Kids Get Game End of Year Showcase!

Kids Game Event Logo
Wednesday, June 4, 2014 - 9:30pm to 11:30pm

Presented by Game:Play Lab (OCAD U) and the Play in Computer Environments (Play:CES) Research Team (York U)

On behalf of the Play in Computer Environments (Play:CES) Research Team (York University) and Game:Play Lab (Ontario College of Art & Design University), we cordially invite you to an end of year showcase to celebrate the videogame development work of elementary and high school students across Toronto.

Hosted by the OCAD U Open Gallery, this interactive evening will be focused on the play and presentation of creative videogames made by young people across Toronto.

Refreshments will be served.
Games will be played.
Speakers start at 6pm.

This year, the Play:CES Research Lab has supported over 100 young people across the Greater Toronto Area in videogame development projects. Led by Faculty of Education Professor Jennifer Jenson and a remarkable team of TDSB teachers and Play:CES staff-mentors, participants aged 11-16 have designed and programmed their very own videogames. Come play their games, learn to make game modifications, and talk about the exciting opportunities for young people in the professional game development industry. Bring your family and friends!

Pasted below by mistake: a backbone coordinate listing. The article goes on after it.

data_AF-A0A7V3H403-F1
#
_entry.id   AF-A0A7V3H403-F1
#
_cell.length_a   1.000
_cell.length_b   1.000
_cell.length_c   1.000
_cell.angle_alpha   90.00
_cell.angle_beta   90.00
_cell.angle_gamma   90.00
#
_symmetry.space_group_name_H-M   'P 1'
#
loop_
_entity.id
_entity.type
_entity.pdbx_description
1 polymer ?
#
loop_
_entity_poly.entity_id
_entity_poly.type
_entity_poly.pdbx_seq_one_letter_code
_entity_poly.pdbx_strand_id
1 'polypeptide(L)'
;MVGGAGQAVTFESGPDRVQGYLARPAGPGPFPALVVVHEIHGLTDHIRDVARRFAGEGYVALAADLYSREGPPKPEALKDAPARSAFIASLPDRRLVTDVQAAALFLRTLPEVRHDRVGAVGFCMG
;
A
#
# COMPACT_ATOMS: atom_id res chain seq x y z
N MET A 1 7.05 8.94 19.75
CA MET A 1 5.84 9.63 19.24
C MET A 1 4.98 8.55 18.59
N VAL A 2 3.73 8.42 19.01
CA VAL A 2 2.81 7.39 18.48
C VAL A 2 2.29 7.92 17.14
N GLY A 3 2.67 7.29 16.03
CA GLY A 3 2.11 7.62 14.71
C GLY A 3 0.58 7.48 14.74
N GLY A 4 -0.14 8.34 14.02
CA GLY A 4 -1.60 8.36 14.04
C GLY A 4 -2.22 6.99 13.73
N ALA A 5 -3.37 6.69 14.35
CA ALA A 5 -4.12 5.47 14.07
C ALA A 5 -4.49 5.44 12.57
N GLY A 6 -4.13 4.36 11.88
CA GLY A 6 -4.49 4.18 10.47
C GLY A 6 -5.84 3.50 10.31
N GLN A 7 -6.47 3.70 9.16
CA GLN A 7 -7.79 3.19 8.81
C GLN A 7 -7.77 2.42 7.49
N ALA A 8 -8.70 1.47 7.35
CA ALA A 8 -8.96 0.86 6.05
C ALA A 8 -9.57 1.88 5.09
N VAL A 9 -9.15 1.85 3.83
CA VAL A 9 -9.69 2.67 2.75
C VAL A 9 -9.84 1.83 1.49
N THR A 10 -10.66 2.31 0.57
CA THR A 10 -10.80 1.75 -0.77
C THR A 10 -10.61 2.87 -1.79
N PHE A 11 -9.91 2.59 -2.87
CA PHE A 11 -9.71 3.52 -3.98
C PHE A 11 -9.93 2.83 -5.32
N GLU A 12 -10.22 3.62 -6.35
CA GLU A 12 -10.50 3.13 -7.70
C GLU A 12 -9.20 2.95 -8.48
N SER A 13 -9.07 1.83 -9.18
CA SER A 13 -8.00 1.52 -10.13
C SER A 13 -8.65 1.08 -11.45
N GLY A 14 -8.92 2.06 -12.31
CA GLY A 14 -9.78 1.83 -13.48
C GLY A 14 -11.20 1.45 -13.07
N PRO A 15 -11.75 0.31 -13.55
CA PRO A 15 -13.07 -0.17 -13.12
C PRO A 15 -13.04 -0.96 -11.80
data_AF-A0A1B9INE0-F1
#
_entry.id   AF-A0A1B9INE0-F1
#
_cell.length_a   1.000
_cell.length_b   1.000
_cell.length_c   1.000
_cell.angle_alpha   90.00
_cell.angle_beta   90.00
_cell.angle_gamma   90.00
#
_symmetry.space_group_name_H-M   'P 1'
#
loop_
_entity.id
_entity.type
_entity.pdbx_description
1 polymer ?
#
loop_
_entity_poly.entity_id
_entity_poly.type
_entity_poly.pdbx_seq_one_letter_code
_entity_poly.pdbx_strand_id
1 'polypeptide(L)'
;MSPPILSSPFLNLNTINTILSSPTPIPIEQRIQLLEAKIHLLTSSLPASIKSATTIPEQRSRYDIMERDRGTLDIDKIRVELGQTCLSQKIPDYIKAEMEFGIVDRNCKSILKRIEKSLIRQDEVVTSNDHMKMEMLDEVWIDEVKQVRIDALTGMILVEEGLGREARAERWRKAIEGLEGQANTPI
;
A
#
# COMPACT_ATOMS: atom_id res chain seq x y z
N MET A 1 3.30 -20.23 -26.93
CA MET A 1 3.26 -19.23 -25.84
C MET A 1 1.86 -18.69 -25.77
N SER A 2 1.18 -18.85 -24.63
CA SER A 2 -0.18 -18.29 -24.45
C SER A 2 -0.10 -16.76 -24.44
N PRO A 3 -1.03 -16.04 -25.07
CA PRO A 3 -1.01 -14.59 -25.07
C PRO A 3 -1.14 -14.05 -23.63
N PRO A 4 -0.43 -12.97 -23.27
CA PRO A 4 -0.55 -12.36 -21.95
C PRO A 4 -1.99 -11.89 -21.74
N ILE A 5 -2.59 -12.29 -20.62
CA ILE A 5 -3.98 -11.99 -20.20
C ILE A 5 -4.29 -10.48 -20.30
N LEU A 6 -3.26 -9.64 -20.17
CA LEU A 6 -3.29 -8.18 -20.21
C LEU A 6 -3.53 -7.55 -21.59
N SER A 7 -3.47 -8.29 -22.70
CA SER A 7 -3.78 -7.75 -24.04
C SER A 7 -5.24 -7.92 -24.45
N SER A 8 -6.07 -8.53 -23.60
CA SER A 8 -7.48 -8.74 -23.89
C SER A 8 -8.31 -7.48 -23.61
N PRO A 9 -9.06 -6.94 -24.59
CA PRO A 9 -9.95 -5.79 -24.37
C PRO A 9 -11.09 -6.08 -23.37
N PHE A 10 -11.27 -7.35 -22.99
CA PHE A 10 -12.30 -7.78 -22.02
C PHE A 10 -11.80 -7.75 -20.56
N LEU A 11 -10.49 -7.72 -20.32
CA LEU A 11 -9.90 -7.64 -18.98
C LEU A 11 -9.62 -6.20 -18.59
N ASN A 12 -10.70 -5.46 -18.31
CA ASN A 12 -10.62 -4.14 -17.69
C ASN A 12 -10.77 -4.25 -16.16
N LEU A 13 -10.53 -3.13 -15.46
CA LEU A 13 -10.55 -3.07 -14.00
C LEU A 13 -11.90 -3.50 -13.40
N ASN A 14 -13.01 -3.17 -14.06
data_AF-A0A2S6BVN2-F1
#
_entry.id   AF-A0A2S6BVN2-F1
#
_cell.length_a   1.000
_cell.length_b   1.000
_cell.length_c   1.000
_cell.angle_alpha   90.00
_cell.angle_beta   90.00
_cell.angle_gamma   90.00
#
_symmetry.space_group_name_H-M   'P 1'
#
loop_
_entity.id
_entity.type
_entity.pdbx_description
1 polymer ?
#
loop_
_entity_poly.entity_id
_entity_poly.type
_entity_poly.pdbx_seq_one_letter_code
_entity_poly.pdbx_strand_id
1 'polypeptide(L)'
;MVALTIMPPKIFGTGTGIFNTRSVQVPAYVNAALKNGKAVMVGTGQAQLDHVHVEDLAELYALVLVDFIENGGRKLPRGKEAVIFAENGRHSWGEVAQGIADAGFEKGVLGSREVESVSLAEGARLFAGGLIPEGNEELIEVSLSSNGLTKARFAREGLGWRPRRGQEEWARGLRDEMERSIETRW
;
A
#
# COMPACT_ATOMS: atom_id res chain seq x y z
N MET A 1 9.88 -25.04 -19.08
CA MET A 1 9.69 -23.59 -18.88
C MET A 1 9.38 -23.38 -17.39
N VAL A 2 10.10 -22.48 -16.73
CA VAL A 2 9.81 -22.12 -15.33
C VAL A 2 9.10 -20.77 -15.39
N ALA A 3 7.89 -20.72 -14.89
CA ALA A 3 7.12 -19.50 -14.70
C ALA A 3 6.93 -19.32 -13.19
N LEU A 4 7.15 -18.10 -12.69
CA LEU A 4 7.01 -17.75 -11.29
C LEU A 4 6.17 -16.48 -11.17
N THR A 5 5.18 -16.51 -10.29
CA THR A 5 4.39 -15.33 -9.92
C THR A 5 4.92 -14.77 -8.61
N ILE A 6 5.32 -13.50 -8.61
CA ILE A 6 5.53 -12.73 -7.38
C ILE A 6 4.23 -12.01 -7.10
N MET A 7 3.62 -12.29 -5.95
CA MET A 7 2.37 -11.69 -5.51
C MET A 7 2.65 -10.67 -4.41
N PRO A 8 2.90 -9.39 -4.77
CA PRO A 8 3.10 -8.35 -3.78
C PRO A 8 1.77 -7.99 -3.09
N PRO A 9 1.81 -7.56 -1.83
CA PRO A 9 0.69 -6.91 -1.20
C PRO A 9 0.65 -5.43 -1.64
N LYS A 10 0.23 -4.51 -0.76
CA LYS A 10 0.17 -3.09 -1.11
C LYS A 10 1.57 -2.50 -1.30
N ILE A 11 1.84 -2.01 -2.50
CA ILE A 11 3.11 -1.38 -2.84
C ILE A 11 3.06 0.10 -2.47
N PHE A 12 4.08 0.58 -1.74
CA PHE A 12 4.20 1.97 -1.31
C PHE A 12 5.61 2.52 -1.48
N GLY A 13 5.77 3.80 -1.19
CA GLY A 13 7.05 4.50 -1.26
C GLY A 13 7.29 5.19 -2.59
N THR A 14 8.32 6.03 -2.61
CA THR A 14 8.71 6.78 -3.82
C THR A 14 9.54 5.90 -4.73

Kids Get Game and other Play:CES projects aim to interrupt ongoing inequities with regard to access to technology in our often under-resourced schools, with a particular focus on giving girls and young women the opportunity to engage in videogame development and design. This project was generously sponsored by the Motorola Solutions Foundation.

Venue & Address: 
Open Gallery 49 McCaul St. Toronto, Ontario  
Website: 
http://www.eventbrite.ca/e/kids-get-game-end-of-year-showcase-registration-11756729695?aff=eivtefrnd
Email: 
Negin_Dahya@edu.yorku.ca